A Case of Apples vs Oranges
Remote delivery of medical care via telemedicine has gained widespread acceptance and increased market share over the past several years. Convenience, accessibility, and affordability lead the list of benefits that make telemedicine a practical alternative to in-office physician visits.
But even with all of the positives, the bottom-line value of telemedicine has come under scrutiny due to its limited scope of application, its lack of care continuity, and its low utilization rate (an average of 3-7% of employees use their company’s telemedicine benefit).
Virtual Direct Primary Care distinguishes itself in areas where traditional telemedicine is deficient, and Virtual DPC can approach the same 20-30% savings on healthcare expenditures that has been shown with direct primary care.
Virtual Direct Primary Care is Not Traditional Telemedicine
Like telemedicine, Virtual DPC delivers its services by phone, app, email and through video conference. Unlike telemedicine, Virtual DPC offers a broad range of primary care services that approximates what you would expect from a face-to-face visit with a traditional primary care physician (other than a 45-minute wait in the waiting room).
Advantages of Virtual DPC vs. Telemedicine
1. Employees have access to their primary care doctor instead of “a” doctor.
With telemedicine, a patient contacts an anonymous bank of doctors, where the doctor next in queue assesses the patient through a series of questions. This doctor then provides a treatment recommendation or prescription. The information collected through the remote session is sent to the patient’s named primary care doctor, but the next time the patient calls in, they’ll get a different doctor and the get-to-know-you process will begin all over again.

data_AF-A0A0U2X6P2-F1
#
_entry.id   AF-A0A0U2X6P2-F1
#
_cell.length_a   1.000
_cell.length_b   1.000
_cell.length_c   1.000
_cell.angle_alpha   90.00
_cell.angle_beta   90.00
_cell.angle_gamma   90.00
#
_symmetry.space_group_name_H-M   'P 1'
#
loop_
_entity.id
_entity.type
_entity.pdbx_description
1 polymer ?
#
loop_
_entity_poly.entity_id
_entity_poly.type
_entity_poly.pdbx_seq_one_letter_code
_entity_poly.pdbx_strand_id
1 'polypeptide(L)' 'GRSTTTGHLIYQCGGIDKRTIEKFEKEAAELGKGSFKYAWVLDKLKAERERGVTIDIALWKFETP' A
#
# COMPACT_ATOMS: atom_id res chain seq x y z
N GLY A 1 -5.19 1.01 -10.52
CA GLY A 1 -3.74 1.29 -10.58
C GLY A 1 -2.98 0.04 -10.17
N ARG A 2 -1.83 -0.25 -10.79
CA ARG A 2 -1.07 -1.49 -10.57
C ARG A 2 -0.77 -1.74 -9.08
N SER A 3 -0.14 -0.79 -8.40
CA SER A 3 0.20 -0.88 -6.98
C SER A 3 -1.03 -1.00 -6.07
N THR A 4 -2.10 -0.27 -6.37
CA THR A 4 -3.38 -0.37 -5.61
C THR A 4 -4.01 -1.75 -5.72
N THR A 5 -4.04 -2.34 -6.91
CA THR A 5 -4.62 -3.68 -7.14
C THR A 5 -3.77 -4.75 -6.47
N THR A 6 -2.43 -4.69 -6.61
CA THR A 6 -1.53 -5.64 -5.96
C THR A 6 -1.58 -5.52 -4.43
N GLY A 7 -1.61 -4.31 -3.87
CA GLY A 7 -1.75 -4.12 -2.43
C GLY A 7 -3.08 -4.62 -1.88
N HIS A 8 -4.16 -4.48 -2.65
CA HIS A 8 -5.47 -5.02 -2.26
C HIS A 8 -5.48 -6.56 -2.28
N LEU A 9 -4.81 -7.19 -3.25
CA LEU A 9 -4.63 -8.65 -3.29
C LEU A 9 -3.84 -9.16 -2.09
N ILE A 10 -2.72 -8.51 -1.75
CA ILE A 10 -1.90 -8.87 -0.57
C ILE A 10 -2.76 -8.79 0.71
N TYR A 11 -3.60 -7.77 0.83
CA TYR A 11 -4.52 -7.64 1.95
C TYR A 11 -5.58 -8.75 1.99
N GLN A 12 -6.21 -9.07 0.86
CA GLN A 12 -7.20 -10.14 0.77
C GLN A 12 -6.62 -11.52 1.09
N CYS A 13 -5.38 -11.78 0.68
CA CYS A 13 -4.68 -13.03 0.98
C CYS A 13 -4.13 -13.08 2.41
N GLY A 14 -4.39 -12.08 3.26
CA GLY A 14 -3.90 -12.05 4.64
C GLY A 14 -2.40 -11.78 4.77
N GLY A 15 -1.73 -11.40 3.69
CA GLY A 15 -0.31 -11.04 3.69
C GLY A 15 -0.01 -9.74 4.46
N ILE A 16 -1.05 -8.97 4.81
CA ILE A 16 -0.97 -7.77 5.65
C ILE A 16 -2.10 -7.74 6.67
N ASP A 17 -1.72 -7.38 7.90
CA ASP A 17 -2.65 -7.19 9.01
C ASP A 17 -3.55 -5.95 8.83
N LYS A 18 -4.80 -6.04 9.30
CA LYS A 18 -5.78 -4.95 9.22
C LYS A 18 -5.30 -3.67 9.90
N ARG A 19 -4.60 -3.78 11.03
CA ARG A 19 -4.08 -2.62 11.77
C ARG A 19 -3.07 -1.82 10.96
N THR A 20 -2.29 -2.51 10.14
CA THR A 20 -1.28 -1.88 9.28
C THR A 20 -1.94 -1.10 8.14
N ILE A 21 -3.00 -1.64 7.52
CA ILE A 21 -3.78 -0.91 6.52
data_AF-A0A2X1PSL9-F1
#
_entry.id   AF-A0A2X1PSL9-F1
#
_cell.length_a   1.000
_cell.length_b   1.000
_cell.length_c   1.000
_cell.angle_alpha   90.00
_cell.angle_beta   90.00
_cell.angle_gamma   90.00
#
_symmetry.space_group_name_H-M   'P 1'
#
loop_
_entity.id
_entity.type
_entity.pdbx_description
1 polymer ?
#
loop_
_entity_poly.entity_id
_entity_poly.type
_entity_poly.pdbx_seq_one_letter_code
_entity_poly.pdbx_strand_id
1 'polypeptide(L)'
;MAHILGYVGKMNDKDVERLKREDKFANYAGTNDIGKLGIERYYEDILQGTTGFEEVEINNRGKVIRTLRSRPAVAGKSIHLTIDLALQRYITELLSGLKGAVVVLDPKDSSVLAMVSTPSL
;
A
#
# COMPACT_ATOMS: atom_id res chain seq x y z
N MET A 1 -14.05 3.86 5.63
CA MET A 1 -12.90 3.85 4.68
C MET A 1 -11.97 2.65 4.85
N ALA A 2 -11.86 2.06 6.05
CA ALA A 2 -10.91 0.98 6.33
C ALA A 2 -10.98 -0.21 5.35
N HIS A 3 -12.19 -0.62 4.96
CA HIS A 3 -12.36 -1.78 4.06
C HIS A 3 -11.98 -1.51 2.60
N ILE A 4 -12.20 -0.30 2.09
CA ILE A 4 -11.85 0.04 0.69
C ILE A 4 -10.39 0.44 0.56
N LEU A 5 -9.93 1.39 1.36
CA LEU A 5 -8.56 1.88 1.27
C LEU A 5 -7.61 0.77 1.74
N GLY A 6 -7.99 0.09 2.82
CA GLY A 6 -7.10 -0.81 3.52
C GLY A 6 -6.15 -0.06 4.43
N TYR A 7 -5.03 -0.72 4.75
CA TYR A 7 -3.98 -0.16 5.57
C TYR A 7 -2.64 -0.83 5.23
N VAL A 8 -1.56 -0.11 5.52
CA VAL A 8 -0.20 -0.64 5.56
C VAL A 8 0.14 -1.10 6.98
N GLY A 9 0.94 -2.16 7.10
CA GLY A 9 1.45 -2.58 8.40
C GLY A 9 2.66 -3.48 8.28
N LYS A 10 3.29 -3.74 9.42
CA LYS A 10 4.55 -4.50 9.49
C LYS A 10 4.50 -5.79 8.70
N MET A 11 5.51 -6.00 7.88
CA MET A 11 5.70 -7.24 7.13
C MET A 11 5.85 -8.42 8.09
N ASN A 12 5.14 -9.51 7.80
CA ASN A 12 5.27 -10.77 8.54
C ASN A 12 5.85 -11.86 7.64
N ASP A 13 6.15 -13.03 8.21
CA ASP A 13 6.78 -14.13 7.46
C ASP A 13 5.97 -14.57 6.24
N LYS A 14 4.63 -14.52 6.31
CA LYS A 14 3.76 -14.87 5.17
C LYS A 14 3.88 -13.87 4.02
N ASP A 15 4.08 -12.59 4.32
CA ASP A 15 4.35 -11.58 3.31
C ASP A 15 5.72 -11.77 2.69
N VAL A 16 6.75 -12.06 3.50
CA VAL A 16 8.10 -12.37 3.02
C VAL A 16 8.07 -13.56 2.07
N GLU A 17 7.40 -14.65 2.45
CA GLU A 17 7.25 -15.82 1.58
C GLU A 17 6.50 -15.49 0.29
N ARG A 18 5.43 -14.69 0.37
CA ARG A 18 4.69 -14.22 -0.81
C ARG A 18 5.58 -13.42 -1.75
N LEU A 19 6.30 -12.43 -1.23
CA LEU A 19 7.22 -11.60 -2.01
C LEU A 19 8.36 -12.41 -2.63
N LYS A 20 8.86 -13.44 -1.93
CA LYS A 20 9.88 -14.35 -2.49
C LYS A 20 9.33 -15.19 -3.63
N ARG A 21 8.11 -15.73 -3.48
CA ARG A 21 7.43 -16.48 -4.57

With Virtual DPC, a patient connects with the same primary care doctor every time—their personal Direct Primary Care doctor—the one who knows and has access to that patient’s complete medical history; the same doctor who is familiar with and understands his or her patient’s unique health concerns.
2. Virtual DPC doctors work to reduce unnecessary spending.
Telemedicine doctors simply treat the patient’s medical issue. What they don’t do is help the patient compare treatment options or help the patient navigate the healthcare system in order to find the highest value care available within a patient’s healthcare plan.
In contrast, Virtual DPC doctors act as patient advocates and are accountable to employers for the health and healthcare expenditures of employees. Because of this accountability, the Virtual DPC doctor is incentivized to provide conservative, evidence-based patient care.
Virtual DPC physicians partner with employers to understand the health plan design and pharmacy benefits.
They work to ensure that bundled-price surgeries are used when the plan allows, that prescriptions are managed cost-effectively by looking into the pharmacy benefit manager’s formulary, and that specialist visits are more efficient or are avoided by utilizing an online specialist consult service that’s available only to physicians, potentially saving employers tens of thousands of dollars for a single employee.